Solar with battery storage
The cost of batteries is continuing to come down, and batteries are beginning to make financial sense for some households. Others choose a battery because they’re keen to be at the forefront of a clean energy future.
How does it work?
A battery stores the solar energy your panels produce during the day, for your household to use later, in the evening or on a cloudy day. The solar energy you produce will first be used for your daytime energy needs, and the excess will be stored in the battery. When the sun isn’t shining, your electricity will be drawn from your battery, and only from the electricity grid when your battery is empty.
Image source: Clean Energy Council
Financially, this means that when the sun is shining, you use free electricity, saving you the retail cost of electricity. When you’re using energy stored in your battery, you save the retail cost of electricity, but you are no longer receiving the feed-in-tariff for this energy, since you are storing it in your battery and using it yourself. While you’re using battery electricity, you’re saving the cost of retail electricity minus the feed-in-tariff.
When the battery is empty, your electricity will be drawn from the grid, and you’ll pay retail electricity prices. And when the sun is shining and your battery is full, you can still feed excess energy into the grid and receive the feed-in-tariff.
A standard solar and battery system will not provide power during a blackout. The system automatically shuts off to protect the power lines, and anyone working on them during an outage, from electricity being fed into the grid. For an additional cost, batteries can be configured with additional hardware to provide backup supply during a power outage. If this is important to you, tell your battery retailer.
To make use of a battery, your solar system needs to generate more than you use, and you need to use electricity when the sun isn’t shining, for example in the evenings.
Is a battery right for you?
If you want to be at the forefront of a clean energy future, or if your household has high electricity usage, an electric vehicle, or has switched off gas and gone all-electric, a battery might be right for you. A reputable solar and battery supplier, or an independent advisory service such as the Yarra Energy Foundation, can look at your energy bills and help you decide whether a battery makes sense for you, and what size battery is right for your home.
The Victorian Government offers rebates on batteries to eligible households in certain postcodes, although currently not in the City of Yarra. Visit Solar Victoria to learn more about battery rebates for eligible postcodes.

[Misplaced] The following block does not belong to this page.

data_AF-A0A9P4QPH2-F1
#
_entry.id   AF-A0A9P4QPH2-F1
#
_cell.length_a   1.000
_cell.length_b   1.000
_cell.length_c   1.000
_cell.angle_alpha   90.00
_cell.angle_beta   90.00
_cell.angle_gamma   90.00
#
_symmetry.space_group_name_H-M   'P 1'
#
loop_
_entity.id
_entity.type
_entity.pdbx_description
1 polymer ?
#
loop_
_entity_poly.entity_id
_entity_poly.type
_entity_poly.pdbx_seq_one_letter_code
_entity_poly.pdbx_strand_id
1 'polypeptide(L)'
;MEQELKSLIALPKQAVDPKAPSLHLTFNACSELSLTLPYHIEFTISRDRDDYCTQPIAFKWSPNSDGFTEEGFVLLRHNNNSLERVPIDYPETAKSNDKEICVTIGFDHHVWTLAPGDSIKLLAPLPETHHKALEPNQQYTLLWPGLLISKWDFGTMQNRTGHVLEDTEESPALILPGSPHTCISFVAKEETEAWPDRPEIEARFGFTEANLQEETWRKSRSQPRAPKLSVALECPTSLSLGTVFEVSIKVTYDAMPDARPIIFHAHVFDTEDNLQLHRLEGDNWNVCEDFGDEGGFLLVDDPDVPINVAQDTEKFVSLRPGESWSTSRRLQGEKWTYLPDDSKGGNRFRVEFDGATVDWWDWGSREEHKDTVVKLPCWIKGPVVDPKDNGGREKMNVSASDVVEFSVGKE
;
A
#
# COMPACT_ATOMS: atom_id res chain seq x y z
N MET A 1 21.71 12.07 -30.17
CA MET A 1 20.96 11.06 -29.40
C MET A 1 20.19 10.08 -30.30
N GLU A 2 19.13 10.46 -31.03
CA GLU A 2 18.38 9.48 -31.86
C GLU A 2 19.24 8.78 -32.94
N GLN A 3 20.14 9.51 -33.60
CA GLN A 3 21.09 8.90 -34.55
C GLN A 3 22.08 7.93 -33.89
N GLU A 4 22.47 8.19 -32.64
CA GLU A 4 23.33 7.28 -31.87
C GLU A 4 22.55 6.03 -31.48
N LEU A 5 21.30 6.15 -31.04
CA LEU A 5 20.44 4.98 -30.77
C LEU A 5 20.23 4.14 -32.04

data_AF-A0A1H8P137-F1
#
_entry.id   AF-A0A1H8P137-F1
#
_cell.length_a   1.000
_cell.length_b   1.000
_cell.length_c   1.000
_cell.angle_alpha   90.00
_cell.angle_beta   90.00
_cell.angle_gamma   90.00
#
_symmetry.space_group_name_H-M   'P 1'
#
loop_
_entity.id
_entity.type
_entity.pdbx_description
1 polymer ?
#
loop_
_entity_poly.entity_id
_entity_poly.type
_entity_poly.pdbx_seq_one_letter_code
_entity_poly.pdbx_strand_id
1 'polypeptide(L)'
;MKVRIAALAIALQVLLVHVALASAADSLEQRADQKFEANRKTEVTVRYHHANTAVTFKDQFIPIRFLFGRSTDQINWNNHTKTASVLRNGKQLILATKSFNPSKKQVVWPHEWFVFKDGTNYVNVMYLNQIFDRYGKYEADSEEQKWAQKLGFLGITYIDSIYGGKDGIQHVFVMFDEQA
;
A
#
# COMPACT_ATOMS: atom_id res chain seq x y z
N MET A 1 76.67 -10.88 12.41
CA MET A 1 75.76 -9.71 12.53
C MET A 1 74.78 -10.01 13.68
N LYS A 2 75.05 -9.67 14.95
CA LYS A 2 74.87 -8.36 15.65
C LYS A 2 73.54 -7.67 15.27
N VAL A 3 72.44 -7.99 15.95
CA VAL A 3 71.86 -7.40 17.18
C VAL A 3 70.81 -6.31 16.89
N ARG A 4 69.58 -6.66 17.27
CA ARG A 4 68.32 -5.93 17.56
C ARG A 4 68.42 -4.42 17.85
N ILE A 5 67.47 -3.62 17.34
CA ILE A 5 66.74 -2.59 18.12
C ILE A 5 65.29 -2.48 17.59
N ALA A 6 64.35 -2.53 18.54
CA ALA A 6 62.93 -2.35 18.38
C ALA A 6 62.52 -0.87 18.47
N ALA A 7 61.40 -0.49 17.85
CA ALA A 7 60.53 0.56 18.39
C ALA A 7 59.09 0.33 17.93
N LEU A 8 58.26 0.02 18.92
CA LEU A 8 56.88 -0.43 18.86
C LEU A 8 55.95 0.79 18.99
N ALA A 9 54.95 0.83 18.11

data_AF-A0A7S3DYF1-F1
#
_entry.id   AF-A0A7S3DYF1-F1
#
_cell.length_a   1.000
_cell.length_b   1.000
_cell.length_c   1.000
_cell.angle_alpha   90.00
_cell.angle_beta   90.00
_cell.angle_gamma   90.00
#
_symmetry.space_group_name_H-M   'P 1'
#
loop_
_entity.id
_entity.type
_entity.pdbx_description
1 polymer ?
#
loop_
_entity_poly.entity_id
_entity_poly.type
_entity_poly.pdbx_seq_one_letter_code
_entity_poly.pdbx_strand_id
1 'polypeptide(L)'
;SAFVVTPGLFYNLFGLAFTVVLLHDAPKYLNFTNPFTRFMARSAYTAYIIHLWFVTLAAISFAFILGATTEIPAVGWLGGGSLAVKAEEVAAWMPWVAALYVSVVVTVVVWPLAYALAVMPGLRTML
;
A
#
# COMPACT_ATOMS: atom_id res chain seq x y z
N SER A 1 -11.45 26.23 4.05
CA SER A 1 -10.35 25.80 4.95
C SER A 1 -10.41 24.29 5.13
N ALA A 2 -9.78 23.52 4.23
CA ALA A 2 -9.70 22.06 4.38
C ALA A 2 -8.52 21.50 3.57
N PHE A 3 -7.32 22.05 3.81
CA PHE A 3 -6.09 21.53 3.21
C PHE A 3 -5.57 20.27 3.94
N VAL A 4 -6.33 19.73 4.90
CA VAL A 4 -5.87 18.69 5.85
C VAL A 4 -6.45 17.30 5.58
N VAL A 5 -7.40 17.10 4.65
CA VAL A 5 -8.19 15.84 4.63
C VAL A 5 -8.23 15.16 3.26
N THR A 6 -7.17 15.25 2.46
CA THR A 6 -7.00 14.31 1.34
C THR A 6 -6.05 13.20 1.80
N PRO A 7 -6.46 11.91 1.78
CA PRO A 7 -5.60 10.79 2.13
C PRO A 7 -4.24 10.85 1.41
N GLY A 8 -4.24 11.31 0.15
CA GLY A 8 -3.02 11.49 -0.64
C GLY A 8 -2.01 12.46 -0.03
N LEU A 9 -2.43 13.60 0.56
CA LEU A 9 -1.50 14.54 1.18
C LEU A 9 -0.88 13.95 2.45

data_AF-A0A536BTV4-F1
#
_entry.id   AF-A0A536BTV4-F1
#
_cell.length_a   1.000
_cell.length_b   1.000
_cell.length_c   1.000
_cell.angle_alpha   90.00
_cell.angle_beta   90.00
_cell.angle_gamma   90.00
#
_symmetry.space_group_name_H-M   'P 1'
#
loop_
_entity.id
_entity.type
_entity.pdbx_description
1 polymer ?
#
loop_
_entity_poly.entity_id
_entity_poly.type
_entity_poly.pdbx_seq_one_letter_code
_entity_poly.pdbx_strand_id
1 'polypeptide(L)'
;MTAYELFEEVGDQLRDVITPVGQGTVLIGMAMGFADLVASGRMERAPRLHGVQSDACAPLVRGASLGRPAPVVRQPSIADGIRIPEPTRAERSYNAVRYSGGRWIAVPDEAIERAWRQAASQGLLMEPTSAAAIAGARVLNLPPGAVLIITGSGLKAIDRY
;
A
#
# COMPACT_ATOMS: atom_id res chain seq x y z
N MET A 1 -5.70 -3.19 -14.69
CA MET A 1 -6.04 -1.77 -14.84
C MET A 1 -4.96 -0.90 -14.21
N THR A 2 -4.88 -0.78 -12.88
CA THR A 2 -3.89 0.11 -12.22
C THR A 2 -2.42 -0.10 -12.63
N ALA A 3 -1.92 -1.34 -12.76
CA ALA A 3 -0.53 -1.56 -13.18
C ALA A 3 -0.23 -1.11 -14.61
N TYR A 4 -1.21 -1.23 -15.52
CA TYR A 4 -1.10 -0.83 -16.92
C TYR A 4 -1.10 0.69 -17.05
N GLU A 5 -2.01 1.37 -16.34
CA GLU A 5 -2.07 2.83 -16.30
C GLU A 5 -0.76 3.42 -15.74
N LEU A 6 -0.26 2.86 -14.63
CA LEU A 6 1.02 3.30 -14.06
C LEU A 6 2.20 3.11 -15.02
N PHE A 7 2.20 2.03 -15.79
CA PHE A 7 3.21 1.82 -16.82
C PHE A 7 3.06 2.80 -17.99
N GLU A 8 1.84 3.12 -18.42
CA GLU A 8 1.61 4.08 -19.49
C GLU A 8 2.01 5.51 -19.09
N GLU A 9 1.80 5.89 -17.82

It is usually more cost-effective to install a battery at the same time as you are installing solar, rather than to add one later. However, batteries won’t make financial sense for every household right now. If you’re not ready for a battery right now but you think you will be soon, talk to your solar retailer to understand what you’ll need to do to add a battery to your system. Batteries can be added to any solar system, but some additional components may be needed, even for a ‘battery-ready’ system.
If you decide a battery is right for you, choose a Clean Energy Council Approved Battery to ensure you can access any available rebates, and your battery meets Australian standards. The same considerations for choosing a solar company apply. Batteries are typically expected to last around ten years, and this is the length of a typical battery warranty. For most batteries, performance is reduced over time, and after ten years can be 60-80% of the original, although some types of batteries can be higher. Check the product details for the battery’s ‘end of life’ capacity.
To determine if a battery is going to save you money over its lifetime, consider the payback period – the time it will take for your energy bill savings to equal the upfront cost of the battery. Payback periods can vary depending on the battery you choose, your solar capacity, and your energy use. If the payback period is longer than the expected life of the battery, it is unlikely that your household will benefit financially from that battery.
The Clean Energy Council and CHOICE have more information on choosing a battery system. The NSW Government has also released a guide to batteries for homes in NSW, and while some sections are specific to NSW, much of the information about selecting a battery is relevant to Victorian households.